But it doesn’t take an impending famine to trigger these cues. Take the current dip in the stock market, suggests Salerno, or potential layoffs at the office. An unconscious (and sometimes conscious) fear of financial struggles could be enough to spark the survival instinct to chow down on high-calorie foods.

“These thoughts can operate in the background, causing us to make fairly dramatic differences in what we choose to eat,” says Salerno.

Once activated, this seek-food-and-eat-it mindset is hard — but not impossible — to quash. Take one of Salerno’s recent studies: After subjects were primed through word cues designed to indicate a potential lack of surrounding resources, they were offered the choice of a garden salad or cupcakes. In the beginning, nearly 73 percent of the group chose the more filling, higher calorie cupcakes.

But when certain subjects were offered resources in the form of money before food, those who ate cupcakes dropped to 45 percent.

While you may think that emotions or memories drive your cravings for your mom’s baked macaroni and cheese or grandma’s cheesy lasagna, it may be that our bodies are jonesing for these comfort foods at an even deeper, cellular level, according to new research published in The Journal of Clinical Investigation.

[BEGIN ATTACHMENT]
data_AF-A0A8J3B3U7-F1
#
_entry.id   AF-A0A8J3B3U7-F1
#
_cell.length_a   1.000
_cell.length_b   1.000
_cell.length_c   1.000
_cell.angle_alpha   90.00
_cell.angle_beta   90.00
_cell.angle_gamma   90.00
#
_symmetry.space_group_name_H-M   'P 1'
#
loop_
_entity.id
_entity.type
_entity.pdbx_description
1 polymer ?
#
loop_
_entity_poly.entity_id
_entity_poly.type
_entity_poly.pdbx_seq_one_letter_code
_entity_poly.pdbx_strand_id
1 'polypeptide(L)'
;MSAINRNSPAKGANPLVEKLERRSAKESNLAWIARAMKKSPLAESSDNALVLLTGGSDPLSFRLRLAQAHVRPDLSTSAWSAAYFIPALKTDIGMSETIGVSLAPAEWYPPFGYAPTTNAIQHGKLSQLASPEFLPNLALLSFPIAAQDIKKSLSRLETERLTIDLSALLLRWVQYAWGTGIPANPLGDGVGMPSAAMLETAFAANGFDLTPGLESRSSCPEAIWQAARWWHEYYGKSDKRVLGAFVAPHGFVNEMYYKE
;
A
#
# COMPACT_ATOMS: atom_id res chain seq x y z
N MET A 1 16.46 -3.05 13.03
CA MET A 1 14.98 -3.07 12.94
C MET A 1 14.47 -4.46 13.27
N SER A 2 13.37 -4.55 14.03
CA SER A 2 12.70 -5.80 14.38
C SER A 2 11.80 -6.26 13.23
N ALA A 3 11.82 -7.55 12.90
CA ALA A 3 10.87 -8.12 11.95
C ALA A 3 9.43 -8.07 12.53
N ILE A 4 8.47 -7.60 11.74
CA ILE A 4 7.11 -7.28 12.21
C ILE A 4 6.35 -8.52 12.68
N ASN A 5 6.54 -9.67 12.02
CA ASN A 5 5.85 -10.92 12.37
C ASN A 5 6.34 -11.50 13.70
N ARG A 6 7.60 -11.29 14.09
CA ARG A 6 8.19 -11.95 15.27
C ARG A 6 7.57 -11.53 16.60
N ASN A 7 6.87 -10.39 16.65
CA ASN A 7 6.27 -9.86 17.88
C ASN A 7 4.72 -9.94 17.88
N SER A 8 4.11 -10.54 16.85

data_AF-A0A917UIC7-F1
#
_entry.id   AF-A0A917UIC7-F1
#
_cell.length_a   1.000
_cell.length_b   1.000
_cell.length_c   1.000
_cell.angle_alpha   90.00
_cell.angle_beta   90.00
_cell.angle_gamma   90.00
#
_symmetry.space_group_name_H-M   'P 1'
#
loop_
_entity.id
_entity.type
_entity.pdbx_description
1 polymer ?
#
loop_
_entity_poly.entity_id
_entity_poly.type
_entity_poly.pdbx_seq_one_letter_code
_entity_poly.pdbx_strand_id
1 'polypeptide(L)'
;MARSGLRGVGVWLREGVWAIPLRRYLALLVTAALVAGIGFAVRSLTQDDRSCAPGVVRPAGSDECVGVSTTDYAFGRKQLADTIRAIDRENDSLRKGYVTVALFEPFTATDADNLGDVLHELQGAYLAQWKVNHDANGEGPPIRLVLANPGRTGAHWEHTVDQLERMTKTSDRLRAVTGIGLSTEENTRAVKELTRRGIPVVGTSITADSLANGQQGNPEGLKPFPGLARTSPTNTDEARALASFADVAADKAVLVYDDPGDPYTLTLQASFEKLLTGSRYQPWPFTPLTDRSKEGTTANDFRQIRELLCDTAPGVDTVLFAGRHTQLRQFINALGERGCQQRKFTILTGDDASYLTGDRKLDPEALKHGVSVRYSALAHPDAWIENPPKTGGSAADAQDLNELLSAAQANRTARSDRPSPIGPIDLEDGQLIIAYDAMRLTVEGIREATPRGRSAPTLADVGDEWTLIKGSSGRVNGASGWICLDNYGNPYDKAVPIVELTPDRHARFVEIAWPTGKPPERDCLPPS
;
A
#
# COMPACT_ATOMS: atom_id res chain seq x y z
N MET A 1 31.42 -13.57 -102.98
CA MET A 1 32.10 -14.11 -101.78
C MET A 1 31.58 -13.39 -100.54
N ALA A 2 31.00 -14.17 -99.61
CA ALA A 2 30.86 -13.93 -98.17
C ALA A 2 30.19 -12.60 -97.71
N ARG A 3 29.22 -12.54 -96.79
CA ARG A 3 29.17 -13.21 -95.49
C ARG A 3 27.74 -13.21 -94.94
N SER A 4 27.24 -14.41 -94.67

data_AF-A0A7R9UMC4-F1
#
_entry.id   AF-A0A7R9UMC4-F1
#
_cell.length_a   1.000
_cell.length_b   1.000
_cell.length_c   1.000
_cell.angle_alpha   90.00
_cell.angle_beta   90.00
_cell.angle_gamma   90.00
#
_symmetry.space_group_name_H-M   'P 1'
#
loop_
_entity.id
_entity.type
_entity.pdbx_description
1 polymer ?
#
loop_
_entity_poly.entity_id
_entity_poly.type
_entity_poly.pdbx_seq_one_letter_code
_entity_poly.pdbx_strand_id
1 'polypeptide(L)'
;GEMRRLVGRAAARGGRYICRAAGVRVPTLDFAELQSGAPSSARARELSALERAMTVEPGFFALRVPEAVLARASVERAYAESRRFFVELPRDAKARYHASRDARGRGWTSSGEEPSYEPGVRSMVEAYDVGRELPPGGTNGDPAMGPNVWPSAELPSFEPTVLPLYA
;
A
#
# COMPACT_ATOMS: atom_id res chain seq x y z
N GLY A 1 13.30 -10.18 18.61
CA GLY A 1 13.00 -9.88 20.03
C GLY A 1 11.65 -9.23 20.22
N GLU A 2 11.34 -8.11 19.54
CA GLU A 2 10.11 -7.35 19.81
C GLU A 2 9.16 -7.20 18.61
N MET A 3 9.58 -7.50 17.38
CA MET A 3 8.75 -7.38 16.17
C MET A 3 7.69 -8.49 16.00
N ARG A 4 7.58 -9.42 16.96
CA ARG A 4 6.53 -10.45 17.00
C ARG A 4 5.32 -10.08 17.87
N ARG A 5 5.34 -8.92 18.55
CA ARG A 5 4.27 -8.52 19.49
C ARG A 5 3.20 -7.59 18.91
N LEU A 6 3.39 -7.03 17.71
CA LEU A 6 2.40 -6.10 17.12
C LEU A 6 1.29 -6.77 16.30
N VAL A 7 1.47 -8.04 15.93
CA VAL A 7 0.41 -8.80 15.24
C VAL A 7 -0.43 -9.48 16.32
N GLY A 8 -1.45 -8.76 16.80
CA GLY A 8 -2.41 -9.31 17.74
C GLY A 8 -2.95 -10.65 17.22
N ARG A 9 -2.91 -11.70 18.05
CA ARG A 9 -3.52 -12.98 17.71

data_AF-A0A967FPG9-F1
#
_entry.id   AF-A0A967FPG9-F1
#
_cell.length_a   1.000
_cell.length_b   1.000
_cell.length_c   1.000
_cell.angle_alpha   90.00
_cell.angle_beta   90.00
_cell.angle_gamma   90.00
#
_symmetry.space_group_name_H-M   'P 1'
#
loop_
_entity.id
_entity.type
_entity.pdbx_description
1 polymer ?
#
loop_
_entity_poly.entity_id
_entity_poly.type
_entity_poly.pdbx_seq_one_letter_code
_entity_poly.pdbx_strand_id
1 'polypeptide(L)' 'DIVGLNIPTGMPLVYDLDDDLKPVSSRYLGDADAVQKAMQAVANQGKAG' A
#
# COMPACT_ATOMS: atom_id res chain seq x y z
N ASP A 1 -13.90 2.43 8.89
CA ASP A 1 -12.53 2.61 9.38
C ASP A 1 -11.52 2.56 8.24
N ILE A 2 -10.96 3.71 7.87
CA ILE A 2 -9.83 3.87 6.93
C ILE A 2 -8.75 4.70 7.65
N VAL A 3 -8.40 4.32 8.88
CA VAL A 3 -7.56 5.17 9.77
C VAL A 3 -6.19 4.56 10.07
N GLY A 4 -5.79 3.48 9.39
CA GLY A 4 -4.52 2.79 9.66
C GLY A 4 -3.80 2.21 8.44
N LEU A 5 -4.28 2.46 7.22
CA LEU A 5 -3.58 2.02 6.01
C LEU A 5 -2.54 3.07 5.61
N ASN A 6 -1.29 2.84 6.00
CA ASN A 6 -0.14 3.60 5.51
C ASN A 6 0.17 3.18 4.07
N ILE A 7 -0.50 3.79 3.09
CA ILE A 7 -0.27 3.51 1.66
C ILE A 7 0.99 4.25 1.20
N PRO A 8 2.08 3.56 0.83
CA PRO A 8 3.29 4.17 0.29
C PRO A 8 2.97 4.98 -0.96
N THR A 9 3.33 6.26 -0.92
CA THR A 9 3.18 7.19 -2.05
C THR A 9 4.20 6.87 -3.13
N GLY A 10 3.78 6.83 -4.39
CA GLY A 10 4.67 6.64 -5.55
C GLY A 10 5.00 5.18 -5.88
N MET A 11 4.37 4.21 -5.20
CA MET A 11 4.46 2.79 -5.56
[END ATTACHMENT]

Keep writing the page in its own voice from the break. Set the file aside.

In the study, researchers effectively removed the “joy” of eating from the equation — the delicious smells that remind you of your favorite home-cooked meal — by simply injecting a solution of fatty acids directly into the study participants’ stomachs. (Yikes!!)

Compared to those who were only given a saline solution, people with the mixture of fatty acids had a more positive reaction after listening to depressing music and looking at sad faces, showing that we may actually be biologically, not just psychologically, predisposed to crave high-calorie comfort foods when we’re down.

How to Help Yourself

Between battling emotional, gut-like reactions to food and cravings at a molecular level, we seem to be left without an evolutionary leg to stand on. So, do we have any hope of combating cravings?

“It’s not a losing battle,” says Susan Albers, Ph.D., a psychologist at The Cleveland Clinic and author of “50 Ways to Soothe Yourself Without Food.” “You can rewire your brain. It’s about conditioning. We turn to food on autopilot, and we’re eating before we even realize it. When we [switch] it with something else, that becomes the default.”